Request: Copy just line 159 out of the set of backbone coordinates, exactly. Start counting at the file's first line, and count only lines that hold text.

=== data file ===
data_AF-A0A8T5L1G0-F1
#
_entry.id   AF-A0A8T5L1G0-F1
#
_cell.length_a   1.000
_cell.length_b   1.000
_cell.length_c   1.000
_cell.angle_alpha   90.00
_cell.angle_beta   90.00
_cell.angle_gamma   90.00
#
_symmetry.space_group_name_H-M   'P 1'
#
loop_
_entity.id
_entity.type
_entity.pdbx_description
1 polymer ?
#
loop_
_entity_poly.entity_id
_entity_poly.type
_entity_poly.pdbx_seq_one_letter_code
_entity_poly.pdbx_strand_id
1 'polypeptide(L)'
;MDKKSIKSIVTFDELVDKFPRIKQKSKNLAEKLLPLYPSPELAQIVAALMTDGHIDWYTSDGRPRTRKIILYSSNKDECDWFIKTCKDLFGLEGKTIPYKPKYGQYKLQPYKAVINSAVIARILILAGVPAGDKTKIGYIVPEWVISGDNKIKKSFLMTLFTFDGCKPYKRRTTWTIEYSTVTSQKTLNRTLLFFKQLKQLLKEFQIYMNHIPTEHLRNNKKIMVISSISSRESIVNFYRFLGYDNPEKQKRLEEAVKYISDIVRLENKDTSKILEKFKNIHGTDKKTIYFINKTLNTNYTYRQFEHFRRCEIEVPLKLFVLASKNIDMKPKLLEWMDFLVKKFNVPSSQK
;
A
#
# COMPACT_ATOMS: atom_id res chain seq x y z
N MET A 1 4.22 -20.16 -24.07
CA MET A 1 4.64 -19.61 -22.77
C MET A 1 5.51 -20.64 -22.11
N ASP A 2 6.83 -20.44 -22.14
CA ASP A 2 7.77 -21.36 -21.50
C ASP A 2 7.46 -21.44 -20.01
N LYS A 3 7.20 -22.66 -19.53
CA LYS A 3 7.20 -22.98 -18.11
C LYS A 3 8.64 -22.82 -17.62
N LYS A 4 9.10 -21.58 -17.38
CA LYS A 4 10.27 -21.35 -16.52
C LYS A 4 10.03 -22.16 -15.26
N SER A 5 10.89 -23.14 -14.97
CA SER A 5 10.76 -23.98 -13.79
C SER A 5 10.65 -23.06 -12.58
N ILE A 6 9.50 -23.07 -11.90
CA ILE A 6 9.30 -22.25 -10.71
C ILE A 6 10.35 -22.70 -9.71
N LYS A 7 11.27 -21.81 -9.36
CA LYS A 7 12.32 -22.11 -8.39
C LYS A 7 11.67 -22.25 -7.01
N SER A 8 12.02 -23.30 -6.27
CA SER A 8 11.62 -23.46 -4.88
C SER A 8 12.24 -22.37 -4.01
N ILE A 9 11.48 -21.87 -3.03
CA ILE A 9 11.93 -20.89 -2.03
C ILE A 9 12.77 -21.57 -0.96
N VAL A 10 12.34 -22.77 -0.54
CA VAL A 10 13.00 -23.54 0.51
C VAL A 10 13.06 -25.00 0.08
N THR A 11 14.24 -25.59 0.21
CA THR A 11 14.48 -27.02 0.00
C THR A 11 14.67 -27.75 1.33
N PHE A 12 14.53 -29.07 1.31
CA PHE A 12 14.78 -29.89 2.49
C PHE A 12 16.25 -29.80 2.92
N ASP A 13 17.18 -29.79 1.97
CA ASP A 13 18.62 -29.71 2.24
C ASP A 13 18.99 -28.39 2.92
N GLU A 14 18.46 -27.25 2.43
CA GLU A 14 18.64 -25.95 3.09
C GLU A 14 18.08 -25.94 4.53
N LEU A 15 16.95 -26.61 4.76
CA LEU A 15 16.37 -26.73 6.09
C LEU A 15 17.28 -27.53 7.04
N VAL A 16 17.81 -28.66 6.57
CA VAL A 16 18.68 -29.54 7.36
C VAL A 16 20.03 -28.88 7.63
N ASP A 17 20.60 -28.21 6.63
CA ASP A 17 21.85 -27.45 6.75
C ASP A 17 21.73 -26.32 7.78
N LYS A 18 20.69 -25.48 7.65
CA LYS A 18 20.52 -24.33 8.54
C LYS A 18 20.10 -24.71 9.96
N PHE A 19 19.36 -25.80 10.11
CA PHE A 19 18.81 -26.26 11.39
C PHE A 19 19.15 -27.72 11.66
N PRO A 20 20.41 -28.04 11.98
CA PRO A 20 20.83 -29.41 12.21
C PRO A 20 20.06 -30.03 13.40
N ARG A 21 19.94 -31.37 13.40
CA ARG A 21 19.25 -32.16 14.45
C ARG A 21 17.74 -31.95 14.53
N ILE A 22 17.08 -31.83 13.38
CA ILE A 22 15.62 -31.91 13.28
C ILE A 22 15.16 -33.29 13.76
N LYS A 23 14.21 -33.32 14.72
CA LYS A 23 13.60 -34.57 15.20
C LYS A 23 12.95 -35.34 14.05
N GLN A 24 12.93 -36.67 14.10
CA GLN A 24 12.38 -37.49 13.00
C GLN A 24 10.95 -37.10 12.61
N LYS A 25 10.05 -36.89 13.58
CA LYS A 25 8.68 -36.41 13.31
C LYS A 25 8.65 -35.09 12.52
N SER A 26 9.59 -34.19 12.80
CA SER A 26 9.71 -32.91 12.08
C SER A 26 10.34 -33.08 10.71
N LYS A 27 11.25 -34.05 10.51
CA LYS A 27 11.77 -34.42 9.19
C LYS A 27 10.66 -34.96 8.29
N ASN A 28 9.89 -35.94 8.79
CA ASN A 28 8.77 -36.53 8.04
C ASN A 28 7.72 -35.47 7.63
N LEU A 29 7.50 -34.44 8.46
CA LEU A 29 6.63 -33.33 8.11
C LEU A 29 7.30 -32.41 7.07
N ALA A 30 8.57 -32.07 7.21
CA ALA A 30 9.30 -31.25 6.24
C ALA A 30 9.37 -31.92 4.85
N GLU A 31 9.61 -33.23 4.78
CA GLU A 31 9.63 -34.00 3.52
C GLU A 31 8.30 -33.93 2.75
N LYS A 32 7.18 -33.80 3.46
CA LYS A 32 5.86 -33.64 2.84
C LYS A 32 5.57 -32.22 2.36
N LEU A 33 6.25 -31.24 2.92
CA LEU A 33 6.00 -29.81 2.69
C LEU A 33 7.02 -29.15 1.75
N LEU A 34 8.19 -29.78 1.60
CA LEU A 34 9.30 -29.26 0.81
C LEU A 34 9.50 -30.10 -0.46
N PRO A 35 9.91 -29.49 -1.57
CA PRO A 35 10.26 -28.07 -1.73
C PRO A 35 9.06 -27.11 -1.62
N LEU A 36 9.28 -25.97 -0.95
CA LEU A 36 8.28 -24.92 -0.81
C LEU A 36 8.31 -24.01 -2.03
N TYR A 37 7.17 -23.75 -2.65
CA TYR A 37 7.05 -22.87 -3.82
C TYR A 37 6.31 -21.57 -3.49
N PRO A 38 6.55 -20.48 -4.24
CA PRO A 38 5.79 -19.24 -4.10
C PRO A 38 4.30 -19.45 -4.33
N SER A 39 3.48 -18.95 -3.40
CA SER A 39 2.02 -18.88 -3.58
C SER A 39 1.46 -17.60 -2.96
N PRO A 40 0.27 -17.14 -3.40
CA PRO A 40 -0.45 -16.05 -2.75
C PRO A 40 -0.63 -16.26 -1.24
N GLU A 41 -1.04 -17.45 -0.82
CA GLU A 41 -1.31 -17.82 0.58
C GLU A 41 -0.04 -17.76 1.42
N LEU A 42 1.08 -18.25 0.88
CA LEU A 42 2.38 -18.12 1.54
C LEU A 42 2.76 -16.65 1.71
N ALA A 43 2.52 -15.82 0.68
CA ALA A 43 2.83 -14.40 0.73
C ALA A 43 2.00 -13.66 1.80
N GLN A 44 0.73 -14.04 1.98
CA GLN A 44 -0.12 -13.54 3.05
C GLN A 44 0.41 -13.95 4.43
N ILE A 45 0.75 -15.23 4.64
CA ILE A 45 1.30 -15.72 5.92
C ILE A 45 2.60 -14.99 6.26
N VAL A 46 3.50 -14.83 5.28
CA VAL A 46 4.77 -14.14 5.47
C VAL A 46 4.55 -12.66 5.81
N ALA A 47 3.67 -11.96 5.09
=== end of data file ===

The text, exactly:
C ALA A 43 2.00 -13.66 1.80